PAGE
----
How to Add Stars in Photoshop – Merlins Home| Photoshop Tutorials
Welcome back to the next of my Photoshop tutorials! Recently, my buddy Shane and I went on a road trip through the south of Ireland for a long weekend. It has been a super long Saturday and an even longer Sunday – driving for 9h a day does come at a cost, especially when the car has to stop every 150m for us to grab the tripod and head into the land. Anyway, on the way back to Dublin on Sunday night, Shane suddenly stopped the car and jumped out as if he has seen the greatest motive of all times.
I realised what he saw when I looked down from the bridge where we stopped the car (!) – this castle, I am sure it is very famous, just stood there with a perfect reflection and an incredibly uniform sky. In my mind, I just saw this place with the milky way across, which is why this post and the image below exists.
I hope one day I will actually know the name of the place – I might even have been there before, but it was dark and I was trying not to be hit by passing cars, so I did not even try to figure it out in the moment. Well, it is done now! I have loads more processing examples where I work on night images – check them out! Remember, if you like the video, make sure to subscribe for more weekly Photoshop and Photography action!
Here is the final image:
And here is the original:
Part One – Darkening the Sky (1:00 min)
In order to make sure the stars have a nice and dark background, I first needed to darken the sky. For this, I used first a Level Adjustment where I dragged the Darkness Sliders to the right. Once the sky was a little darker, I hit CMD+I (invert mask) and then G on my keyboard to get the Gradient Tool. I dragged from the top down with a white colour to make the effect only visible in the sky. I did the same thing with a Curve Adjustment to darken the sky further.
To go even darker, I created a so called Stamp Visible (Cmd+Alt+Shift+E) which copies everything that is visible onto a new layer. After changing the Blending mode of that layer to Overlay, I copied the layer three times and used a layer mask and a Brush to bring the effect up where I needed it. For one of the Overlay copies, I also brought the effect out in the water area to make sure this place is kind of dark as well.
Have you ever worked with layer masks? If not, have a look at this first to get started. You can also check out the awesome work of Aaron Nace, he explains awesomely.
Part Two – Add the Stars (6:00 min)
First I had to find myself some nice images of a Milky Way. I usually do not like to use anything I have not produced myself when it comes to images, but in this case, I am not sure I will ever get the chance to take a shot in the style I need. So, I went on pexels.com and downloaded two images of the stars (you can take any you like!). I used the Transform Tool (CMD+T) and the Move Tool (V) to get the star images in the places where I want them.
To make sure that only the stars are visible in my image, I changed the Blending Mode to Screen. This will hide dark places in an image and only the bright ones remain. You can adjust this effect by creating a Levels Adjustment layer and tieing it to the Screen layer (CMD+Alt+G) – meaning that the Levels Adjustment will only affect the Screen layer. Changing the levels will then hide or show certain areas in the image. I finished the stars off using a simple brush and layer mask. I combined both of my star images this way!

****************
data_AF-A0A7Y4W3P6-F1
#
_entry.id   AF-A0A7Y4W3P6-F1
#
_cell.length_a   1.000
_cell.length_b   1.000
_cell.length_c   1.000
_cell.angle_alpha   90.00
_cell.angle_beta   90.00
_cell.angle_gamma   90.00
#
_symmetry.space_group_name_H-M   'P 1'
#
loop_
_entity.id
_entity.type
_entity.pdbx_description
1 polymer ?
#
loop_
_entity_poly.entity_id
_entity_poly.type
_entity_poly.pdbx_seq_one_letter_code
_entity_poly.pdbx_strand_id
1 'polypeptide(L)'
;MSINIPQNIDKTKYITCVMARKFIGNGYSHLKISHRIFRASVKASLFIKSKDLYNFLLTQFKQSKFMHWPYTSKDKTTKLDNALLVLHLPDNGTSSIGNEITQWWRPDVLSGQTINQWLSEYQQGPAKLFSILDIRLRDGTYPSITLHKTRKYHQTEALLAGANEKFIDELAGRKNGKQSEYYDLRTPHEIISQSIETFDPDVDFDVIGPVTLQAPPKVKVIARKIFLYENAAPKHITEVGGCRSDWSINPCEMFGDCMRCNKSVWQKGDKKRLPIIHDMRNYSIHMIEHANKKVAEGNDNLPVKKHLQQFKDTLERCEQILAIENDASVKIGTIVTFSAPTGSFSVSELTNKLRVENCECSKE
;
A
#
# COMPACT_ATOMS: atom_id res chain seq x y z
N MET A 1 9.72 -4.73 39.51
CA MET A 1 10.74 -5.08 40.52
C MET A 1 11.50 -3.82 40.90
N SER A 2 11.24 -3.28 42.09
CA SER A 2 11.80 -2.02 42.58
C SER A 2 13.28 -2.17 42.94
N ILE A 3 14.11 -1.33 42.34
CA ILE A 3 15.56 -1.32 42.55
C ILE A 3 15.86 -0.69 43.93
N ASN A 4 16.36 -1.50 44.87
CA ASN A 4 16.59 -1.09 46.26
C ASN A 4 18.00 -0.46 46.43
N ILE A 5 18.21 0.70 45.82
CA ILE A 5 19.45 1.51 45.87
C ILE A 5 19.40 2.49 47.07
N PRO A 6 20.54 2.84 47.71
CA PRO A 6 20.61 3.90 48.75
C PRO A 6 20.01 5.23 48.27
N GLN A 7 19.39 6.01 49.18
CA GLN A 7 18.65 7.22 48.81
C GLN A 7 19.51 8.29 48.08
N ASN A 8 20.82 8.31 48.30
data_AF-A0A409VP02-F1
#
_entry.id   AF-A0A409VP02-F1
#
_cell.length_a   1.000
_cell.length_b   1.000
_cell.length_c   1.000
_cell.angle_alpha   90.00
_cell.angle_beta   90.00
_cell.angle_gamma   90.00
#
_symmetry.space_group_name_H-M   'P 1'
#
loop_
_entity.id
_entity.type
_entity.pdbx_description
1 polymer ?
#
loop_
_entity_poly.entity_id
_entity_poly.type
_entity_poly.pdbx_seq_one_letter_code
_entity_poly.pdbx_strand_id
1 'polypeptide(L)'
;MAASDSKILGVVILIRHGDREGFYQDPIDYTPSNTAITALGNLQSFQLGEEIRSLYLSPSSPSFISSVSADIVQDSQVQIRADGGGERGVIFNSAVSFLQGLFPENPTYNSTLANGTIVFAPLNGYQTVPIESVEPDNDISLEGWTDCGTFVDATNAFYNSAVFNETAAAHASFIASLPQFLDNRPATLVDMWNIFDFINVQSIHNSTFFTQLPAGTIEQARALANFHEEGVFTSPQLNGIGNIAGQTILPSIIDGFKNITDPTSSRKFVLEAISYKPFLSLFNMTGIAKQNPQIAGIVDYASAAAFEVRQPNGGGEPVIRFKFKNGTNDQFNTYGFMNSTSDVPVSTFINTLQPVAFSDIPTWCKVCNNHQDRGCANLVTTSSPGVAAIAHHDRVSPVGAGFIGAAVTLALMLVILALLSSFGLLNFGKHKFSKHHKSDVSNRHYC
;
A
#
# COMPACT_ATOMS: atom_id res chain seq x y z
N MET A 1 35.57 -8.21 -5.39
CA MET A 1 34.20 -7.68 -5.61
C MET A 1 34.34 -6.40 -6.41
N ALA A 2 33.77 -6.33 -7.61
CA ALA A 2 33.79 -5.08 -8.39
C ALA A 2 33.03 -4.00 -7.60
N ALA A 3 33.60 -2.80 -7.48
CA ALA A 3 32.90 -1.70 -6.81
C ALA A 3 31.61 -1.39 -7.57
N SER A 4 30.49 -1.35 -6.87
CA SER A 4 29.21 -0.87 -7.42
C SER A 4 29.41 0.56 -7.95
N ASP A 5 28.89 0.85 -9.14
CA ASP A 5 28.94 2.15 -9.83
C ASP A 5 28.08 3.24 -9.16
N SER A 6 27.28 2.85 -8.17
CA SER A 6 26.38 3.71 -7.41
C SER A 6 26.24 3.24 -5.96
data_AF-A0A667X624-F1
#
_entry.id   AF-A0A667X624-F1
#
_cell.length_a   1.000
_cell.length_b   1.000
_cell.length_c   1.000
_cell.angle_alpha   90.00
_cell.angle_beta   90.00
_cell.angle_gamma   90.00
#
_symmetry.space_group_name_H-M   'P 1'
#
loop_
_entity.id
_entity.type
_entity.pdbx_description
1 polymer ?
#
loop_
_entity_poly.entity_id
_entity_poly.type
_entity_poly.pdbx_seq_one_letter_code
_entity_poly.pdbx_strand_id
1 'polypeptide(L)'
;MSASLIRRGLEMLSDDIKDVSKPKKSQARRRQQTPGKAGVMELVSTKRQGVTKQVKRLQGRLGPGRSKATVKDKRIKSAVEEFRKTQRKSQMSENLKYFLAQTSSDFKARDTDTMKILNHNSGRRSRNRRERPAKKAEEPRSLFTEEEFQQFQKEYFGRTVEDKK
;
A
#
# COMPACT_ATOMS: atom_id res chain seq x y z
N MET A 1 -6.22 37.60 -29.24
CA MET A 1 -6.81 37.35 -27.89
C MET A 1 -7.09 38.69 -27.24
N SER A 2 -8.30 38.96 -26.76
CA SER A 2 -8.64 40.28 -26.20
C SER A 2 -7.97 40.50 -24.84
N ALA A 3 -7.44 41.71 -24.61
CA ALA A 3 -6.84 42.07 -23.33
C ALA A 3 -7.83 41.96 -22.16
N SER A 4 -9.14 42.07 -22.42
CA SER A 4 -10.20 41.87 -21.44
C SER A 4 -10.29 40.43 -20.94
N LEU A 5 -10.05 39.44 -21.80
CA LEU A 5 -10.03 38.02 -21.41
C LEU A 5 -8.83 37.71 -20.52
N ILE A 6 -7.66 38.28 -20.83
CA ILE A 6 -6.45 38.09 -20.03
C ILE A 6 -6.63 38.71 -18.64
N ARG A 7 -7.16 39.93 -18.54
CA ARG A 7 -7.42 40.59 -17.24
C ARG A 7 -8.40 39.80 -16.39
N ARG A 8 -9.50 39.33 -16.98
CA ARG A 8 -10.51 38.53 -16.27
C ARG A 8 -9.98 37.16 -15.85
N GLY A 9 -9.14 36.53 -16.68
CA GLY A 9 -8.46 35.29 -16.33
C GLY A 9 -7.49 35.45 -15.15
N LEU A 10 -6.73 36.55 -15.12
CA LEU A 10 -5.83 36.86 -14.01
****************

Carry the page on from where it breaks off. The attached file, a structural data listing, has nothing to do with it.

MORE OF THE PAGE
Part Three – Creating the Reflection (12:45 min)
It is time to bring these stars into the water. For this, I grouped all my previous work I have done on the sky (CMD+G) and duplicated the group (CMD+G). Having this group selected, I hit CMD+T to transform the group and used right click to flip the group over. The reflection should not be as strong in colour as the original in the sky, which is why I reduced the opacity a little and used layer mask and brush to hide the reflection (or at least weaken it) in some places.
The colours should be a little more blue in the actual water, therefore I thought I adjust them very slightly. I created a new layer (CMD+Alt+Shift+N) and changed its Blending Mode to Colour. Then I used a brush and a colour from the water and painted this over the water with a low opacity.
Part Four – Blurring the Reflection (22:00 min)
To make sure the reflection is not as sharp as the original, I decided to blur the stars a little. For this, I created a Stamp Visible (Cmd+Alt+Shift+E) and went to Filter-Blur-Motion Blur to create just a little bit of Blur. I also used a Hue/Saturation layer to reduce the colour in the water just a tiny bit – I wanted to have the attention on the sky! Once this was done, I used a layer mask and a brush to bring the effect through only in some places.
In my original processing, I also added some minor waves to the water using the Displacement Method – but this I will leave for another time as the video was running long without that part already haha. And that is all there is to add stars in Photoshop.
Remember, shortcuts make your life easier and can speed up your processing a lot! As always in my Photoshop tutorials, here is what I used in this image to add stars in Photoshop:
CMD+Alt+Shift+E to create a stamp visible
B for the brush
G for the gradient tool
X to change between background and foreground colours
CMD+I to invert anything
CMD+J to duplicate a layer or a selection
Shift+M to get the Ellipse tool
CMD+Alt+Shift+N to get a new layer
Shift+Backspace to fill a selection with black or white
Alt+Drag to relocate layer masks
CMD+Alt+G to clip a layer to the one beneath
V to get the move tool
If you like my images, make sure to check out my portfolio!
Don’t forget to get out there and take some pictures yourself! I hope you enjoy my Photoshop tutorials, see you next time.